About Bemidji Area
The mission of the Bemidji Area Indian Health Service (IHS) Office located in Bemidji, Minnesota, is to partner with the IHS direct service units/tribes/urban programs (I/T/U) in raising the health status of Indian people through consultation, support and advocacy. Within the Bemidji Area, which includes Minnesota, Michigan, Wisconsin, Indiana and Illinois, there are 34 federally recognized tribes, four urban programs and 3 federal direct service units that provide comprehensive health services for over 110,000 Indian people. Still occupying those areas today, where they earlier settled, are the Chippewa/Ojibwe, Ottawa/Odawa, Potawatomi, Menominee, Ho-Chunk, and Sioux/Dakota. Only the Oneida, a member of the Iroquois of upstate New York, and the Stockbridge-Munsee Mohican Band (originally from Massachusetts) were resettled in the area from greater distances.
According to data from the 2000 Census, the projected 2010 service population for the Bemidji Area service delivery counties exceeded 125,000. The service populations are estimated based on the official census data of self-identified Indians who may or may not use IHS services and are projected using vital statistics received by National Center for Health Statistics from state departments of health.
The Bemidji Area is unique in that 97.0 percent (as of FY '11) of the annual funding allocation is distributed among the 34 tribes through contracts and self-governance compacts. Each tribe contracts or compacts with IHS for health services ranging from outreach and contract health care to fully comprehensive health delivery systems, including environmental health services and sanitation facilities, and health facilities construction.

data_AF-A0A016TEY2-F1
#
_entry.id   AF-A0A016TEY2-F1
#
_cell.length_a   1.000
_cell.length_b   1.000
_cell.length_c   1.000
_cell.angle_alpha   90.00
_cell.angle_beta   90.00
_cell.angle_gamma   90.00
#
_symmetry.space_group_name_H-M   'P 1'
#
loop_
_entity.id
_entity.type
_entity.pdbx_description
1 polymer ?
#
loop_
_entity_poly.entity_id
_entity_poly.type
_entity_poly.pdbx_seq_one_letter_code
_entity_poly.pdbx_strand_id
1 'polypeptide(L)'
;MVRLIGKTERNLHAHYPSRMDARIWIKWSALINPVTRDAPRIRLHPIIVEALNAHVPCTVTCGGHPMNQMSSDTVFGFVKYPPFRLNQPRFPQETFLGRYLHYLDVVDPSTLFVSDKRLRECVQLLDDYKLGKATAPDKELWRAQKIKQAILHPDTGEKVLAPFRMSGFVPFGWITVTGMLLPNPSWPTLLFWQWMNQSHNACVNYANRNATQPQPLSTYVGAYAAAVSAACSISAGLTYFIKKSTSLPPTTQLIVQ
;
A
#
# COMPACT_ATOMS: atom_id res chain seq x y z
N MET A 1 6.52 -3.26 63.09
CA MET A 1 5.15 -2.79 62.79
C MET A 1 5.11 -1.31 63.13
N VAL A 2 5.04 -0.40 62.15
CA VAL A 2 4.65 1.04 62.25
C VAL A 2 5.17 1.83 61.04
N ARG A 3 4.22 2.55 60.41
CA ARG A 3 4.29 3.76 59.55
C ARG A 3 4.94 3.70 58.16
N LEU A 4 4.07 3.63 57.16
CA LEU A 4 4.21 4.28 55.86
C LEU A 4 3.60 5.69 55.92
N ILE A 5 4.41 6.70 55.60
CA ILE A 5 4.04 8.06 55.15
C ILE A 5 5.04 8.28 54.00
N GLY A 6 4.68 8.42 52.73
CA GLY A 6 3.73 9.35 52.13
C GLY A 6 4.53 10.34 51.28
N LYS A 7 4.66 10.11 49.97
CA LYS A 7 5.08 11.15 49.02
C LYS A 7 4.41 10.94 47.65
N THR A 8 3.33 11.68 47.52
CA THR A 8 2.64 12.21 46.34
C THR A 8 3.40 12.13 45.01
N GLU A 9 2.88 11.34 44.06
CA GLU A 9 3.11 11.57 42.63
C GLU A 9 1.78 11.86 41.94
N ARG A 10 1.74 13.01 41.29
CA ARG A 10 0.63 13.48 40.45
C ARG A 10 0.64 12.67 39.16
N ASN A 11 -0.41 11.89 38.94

The major role of the IHS Area Office staff, and the field office in Rhinelander, Wisconsin has evolved to primarily advocacy, policy development, and budget formulation and to strengthen the partnership role with tribes/urban programs. Both tribal and IHS locations use a health team approach for successful program design, implementation and evaluation. The growth of community-based services results from tribes becoming more involved with the management of health care delivery to their own people, and in response to the need to get services into the community, not from just providing services at a central location. This is particularly important in the Bemidji Area, as many tribal members are geographically isolated from towns and community centers where most health care is available.